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Invariant visual representation by single neurons in the human brain


It takes a fraction of a second to recognize a person or an object even when seen under strikingly different conditions. How such a robust, high-level representation is achieved by neurons in the human brain is still unclear1,2,3,4,5,6. In monkeys, neurons in the upper stages of the ventral visual pathway respond to complex images such as faces and objects and show some degree of invariance to metric properties such as the stimulus size, position and viewing angle2,4,7,8,9,10,11,12. We have previously shown that neurons in the human medial temporal lobe (MTL) fire selectively to images of faces, animals, objects or scenes13,14. Here we report on a remarkable subset of MTL neurons that are selectively activated by strikingly different pictures of given individuals, landmarks or objects and in some cases even by letter strings with their names. These results suggest an invariant, sparse and explicit code, which might be important in the transformation of complex visual percepts into long-term and more abstract memories.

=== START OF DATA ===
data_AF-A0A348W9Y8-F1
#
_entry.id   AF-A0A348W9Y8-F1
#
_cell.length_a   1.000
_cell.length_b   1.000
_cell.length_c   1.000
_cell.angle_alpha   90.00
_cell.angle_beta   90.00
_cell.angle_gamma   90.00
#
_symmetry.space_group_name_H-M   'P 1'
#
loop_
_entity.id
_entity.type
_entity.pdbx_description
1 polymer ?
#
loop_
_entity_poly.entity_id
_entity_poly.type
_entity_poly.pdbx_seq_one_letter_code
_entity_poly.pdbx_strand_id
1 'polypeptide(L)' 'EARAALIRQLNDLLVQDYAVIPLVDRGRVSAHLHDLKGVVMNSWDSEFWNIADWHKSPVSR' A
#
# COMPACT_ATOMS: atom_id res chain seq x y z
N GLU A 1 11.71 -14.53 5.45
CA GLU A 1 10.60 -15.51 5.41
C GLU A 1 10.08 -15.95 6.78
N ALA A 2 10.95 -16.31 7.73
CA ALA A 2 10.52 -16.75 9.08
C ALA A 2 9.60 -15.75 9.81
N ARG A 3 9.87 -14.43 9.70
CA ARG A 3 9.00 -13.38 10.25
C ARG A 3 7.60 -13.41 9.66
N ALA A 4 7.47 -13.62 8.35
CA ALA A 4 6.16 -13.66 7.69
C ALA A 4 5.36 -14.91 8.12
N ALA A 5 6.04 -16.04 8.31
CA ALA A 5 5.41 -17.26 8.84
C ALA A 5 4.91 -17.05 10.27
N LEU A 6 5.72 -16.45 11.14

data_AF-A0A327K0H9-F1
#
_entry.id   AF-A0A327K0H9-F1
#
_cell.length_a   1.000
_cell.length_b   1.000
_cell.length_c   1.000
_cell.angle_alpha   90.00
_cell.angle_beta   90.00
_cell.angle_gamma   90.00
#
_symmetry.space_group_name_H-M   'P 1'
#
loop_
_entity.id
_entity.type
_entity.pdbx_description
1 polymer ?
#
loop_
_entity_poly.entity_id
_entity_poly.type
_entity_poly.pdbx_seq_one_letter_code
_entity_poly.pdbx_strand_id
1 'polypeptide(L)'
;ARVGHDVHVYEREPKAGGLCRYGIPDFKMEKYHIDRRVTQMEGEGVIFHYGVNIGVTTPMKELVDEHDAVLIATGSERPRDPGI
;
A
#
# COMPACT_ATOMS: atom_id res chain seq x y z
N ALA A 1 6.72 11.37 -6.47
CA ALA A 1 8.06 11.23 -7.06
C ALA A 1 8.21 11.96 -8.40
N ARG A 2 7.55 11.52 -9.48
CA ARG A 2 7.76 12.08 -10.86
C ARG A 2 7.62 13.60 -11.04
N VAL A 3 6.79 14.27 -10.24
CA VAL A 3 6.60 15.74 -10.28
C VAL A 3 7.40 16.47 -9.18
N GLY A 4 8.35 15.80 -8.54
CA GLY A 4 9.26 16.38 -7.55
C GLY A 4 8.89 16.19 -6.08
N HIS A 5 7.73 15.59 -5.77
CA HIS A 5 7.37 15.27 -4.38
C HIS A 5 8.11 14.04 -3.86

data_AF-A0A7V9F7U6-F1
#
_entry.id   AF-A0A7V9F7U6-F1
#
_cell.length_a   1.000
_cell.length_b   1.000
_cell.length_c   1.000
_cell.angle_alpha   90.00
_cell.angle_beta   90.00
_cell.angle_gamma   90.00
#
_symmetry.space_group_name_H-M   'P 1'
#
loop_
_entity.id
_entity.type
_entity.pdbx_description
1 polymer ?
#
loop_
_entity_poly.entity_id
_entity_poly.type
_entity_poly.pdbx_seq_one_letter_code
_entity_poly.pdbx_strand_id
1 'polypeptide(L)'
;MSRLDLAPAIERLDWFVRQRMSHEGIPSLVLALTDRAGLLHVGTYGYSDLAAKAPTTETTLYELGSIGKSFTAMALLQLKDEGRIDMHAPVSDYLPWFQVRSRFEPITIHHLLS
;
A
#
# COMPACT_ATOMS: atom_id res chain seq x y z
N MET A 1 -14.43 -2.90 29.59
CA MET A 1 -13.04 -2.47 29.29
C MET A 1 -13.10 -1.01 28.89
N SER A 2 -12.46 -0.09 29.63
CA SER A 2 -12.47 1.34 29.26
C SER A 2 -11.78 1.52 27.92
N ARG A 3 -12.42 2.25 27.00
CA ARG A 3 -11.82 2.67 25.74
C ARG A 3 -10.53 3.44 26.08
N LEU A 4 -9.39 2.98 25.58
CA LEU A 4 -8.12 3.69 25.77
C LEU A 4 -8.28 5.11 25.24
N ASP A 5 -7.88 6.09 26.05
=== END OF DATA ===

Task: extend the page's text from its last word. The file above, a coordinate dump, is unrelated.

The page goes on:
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We thank all patients for their participation; P. Sinha for drawing some faces; colleagues for providing pictures; I. Wainwright for administrative assistance; and E. Behnke, T. Fields, E. Ho, E. Isham, A. Kraskov, P. Steinmetz, I. Viskontas and C. Wilson for technical assistance. This work was supported by grants from the NINDS, NIMH, NSF, DARPA, the Office of Naval Research, the W.M. Keck Foundation Fund for Discovery in Basic Medical Research, a Whiteman fellowship (to G.K.), the Gordon Moore Foundation, the Sloan Foundation, and the Swartz Foundation for Computational Neuroscience.

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Reprints and permissions information is available at npg.nature.com/reprintsandpermissions. The authors declare no competing financial interests.

Correspondence to R. Quian Quiroga.

Supplementary information

  1. Supplementary Notes

    This contains Supplementary Methods and Legends to accompany Supplementary Figures S1-11. (PDF 4435 kb)

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Further reading

Figure 1: A single unit in the left posterior hippocampus activated exclusively by different views of the actress Jennifer Aniston.
Figure 2: A single unit in the right anterior hippocampus that responds to pictures of the actress Halle Berry (conventions as in Fig. 1).
Figure 3: A multi-unit in the left anterior hippocampus that responds to photographs of the Sydney Opera House and the Baha'i Temple (conventions as in Fig. 1).
Figure 4: Distribution of the area under the ROC curves for the 51 units (out of 132 responsive units) showing an invariant representation.


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